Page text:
|US7941188||May 19, 2009||May 10, 2011||The Invention Science Fund I, Llc||Occurrence data detection and storage for generalized sensor networks|
|US7987290 *||Dec 21, 2007||Jul 26, 2011||Microsoft Corporation||Security modes for a routing table distributed across multiple mesh nodes|
|US8018335||Nov 22, 2005||Sep 13, 2011||The Invention Science Fund I, Llc||Mote device locating using impulse-mote-position-indication|
|US8112381||Oct 15, 2008||Feb 7, 2012||Siemens Corporation||Multivariate analysis of wireless sensor network data for machine condition monitoring|
|US8132059 *||Aug 3, 2010||Mar 6, 2012||The Invention Science Fund I, Llc||Mote servicing|
|US8140276||Feb 27, 2009||Mar 20, 2012||Abl Ip Holding Llc||System and method for streetlight monitoring diagnostics|
|US8161095||Mar 12, 2007||Apr 17, 2012||Microsoft Corporation||Distributed routing table interface|
|US8161097||Mar 31, 2004||Apr 17, 2012||The Invention Science Fund I, Llc||Aggregating mote-associated index data|
|US8200744||Mar 31, 2004||Jun 12, 2012||The Invention Science Fund I, Llc||Mote-associated index creation|
|US8255506 *||Apr 29, 2009||Aug 28, 2012||Electronics And Telecommunications Research Institute||Method and apparatus for managing networks|
|US8271234||Jan 28, 2008||Sep 18, 2012||John Cunningham||System for situational awareness and method implementing the same|
|US8275824||May 12, 2009||Sep 25, 2012||The Invention Science Fund I, Llc||Occurrence data detection and storage for mote networks|
|US8306638||Nov 30, 2005||Nov 6, 2012||The Invention Science Fund I, Llc||Mote presentation affecting|
|US8335814||Mar 31, 2004||Dec 18, 2012||The Invention Science Fund I, Llc||Transmission of aggregated mote-associated index data|
|US8384590||Dec 14, 2010||Feb 26, 2013||National Taiwan University||System and method for time synchronization|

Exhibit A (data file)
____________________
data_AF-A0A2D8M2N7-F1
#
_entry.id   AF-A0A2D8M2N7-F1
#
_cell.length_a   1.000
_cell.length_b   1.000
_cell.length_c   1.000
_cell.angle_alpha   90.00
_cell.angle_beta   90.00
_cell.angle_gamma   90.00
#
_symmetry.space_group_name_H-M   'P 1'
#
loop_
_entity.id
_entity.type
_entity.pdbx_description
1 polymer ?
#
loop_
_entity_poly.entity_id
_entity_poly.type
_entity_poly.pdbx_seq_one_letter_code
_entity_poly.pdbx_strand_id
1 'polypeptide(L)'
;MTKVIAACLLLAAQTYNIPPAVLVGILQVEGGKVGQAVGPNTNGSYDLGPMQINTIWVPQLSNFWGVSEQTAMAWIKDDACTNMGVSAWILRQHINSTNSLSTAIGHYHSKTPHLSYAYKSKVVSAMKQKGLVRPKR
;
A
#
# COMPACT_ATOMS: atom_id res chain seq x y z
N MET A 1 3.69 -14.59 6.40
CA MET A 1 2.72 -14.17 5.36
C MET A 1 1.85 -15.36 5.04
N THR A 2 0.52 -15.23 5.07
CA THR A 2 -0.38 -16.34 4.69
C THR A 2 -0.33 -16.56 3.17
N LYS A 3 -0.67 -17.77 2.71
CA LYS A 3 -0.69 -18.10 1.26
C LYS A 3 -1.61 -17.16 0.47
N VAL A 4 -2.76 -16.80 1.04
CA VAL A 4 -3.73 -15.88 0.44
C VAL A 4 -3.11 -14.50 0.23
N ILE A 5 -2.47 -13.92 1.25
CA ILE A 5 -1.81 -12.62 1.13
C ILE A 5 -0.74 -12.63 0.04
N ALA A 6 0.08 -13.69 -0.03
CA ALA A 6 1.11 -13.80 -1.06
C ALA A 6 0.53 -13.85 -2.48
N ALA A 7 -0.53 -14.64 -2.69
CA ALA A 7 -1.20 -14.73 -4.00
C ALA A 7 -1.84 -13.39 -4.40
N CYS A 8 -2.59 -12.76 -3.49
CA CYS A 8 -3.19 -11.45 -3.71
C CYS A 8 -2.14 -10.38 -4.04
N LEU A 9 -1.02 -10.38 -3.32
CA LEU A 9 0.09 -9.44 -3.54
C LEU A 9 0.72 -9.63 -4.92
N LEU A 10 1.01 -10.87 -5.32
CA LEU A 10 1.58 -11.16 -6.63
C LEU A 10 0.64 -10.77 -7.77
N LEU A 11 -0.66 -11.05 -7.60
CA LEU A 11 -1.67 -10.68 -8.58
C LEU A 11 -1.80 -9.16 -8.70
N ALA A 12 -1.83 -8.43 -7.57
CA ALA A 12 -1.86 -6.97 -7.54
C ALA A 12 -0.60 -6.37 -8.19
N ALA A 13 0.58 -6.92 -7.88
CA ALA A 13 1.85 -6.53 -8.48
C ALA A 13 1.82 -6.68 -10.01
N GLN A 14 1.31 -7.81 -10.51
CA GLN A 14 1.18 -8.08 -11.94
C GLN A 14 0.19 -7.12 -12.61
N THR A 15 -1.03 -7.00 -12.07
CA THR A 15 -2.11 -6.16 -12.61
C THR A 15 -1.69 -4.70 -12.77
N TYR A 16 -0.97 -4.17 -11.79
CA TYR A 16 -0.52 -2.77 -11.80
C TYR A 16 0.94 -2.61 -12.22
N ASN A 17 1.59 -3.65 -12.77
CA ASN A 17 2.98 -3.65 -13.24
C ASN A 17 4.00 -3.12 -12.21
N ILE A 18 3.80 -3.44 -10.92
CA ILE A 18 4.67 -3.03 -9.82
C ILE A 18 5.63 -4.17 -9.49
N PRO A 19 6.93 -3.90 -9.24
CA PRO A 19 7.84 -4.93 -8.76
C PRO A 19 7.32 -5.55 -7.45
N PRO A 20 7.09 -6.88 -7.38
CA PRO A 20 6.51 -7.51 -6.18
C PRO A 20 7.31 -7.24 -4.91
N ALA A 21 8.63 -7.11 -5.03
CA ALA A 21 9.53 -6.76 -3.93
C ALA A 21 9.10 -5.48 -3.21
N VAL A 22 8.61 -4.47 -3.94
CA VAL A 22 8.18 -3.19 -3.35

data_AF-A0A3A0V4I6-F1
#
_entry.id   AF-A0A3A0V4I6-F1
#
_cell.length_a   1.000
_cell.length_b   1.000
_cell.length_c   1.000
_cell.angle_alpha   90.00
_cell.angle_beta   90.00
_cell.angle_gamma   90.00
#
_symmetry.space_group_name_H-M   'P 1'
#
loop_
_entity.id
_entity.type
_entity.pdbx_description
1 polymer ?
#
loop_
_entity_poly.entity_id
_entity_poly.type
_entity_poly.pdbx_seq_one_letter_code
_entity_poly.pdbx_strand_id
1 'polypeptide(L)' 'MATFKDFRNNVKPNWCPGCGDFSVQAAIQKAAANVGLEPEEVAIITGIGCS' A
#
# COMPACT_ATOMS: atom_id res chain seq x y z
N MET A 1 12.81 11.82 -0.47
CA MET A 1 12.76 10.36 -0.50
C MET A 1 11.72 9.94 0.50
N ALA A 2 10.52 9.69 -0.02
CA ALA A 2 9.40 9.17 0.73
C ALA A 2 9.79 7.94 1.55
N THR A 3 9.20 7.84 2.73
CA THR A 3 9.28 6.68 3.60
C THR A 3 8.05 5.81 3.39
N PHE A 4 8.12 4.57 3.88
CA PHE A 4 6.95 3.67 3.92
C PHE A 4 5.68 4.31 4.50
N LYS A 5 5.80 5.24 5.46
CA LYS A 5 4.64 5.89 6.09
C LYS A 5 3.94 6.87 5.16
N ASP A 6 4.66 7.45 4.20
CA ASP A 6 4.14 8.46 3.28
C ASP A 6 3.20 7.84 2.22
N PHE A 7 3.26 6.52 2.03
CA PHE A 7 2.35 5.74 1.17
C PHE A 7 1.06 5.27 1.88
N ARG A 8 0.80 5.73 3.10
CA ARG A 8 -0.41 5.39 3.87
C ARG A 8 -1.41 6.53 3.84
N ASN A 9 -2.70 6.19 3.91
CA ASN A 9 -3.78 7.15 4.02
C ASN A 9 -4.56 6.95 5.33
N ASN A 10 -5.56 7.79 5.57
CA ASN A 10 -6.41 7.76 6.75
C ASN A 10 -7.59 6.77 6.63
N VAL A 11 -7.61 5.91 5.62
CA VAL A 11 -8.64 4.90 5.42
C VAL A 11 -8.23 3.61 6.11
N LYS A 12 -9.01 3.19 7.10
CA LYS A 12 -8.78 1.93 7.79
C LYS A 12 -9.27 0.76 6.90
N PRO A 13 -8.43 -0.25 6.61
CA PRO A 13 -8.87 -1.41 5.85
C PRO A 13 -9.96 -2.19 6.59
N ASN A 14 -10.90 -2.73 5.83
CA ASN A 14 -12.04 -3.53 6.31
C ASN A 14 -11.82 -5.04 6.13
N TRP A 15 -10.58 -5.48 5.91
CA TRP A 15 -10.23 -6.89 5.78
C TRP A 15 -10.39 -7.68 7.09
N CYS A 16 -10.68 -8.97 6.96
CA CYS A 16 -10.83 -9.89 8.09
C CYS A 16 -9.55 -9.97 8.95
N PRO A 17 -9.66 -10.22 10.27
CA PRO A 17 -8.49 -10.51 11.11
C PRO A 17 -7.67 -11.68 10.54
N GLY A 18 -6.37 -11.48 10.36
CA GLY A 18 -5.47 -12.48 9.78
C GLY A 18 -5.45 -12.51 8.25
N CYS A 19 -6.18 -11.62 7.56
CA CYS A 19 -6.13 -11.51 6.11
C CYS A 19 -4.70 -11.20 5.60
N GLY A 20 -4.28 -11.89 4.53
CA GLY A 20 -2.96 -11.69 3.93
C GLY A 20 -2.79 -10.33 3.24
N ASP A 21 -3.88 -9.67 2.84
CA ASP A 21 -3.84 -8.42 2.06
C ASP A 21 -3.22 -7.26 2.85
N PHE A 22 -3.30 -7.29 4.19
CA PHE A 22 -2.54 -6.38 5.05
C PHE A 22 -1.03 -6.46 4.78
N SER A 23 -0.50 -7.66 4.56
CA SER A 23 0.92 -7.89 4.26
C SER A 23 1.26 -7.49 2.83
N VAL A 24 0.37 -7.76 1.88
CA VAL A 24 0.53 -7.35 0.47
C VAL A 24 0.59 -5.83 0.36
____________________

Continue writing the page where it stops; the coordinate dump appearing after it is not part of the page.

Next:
|US8594976||Feb 27, 2009||Nov 26, 2013||Abl Ip Holding Llc||System and method for streetlight monitoring diagnostics|
|US8884754||Aug 18, 2009||Nov 11, 2014||Koninklijke Philips N.V.||Monitoring vital parameters of a patient using a body sensor network|
|US8977686||Apr 3, 2012||Mar 10, 2015||Microsoft Corporation||Distributed routing table interface|
|US9062992||Jul 27, 2004||Jun 23, 2015||TriPlay Inc.||Using mote-associated indexes|
|US20050289122 *||Jun 25, 2004||Dec 29, 2005||Jung Edward K||Using federated mote-associated logs|
|US20050289275 *||Jun 25, 2004||Dec 29, 2005||Jung Edward K||Frequency reuse techniques in mote-appropriate networks|
|US20110116416 *||Nov 16, 2010||May 19, 2011||Dobson Eric L||System and method for geographically optimized wireless mesh networks|
|WO2005099102A2 *||Mar 30, 2005||Oct 20, 2005||Jung Edward K Y||Using federated mote-associated logs|
|WO2008001984A1 *||Dec 8, 2006||Jan 3, 2008||Kim Hyoung-Jun||Data structure for managing sensor network using id of sensor node and method using the same|
|WO2009058201A1 *||Oct 20, 2008||May 7, 2009||Stefan J Galler||Multivariate analysis of wireless sensor network data for machine condition monitoring|
|U.S. Classification||340/539.26, 455/11.1, 340/870.11, 375/211|
|International Classification||H04L12/56, H04L29/08|
|Cooperative Classification||H04L67/12, H04W40/246, H04W84/18, H04L45/02, H04L45/22, H04W40/248|
|European Classification||H04L45/02, H04L45/22, H04W40/24D, H04W40/24U, H04L29/08N11|
|Jun 15, 2004||AS||Assignment|
Owner name: INTERNATIONAL BUSINESS MACHINES CORPORATION, NEW Y
Free format text: ASSIGNMENT OF ASSIGNORS INTEREST;ASSIGNORS:FERRI, RICHARD;KIM, MOON J.;YEE, ERIC T.C.;REEL/FRAME:014731/0541
Effective date: 20040526
|Jun 29, 2012||FPAY||Fee payment|
Year of fee payment: 4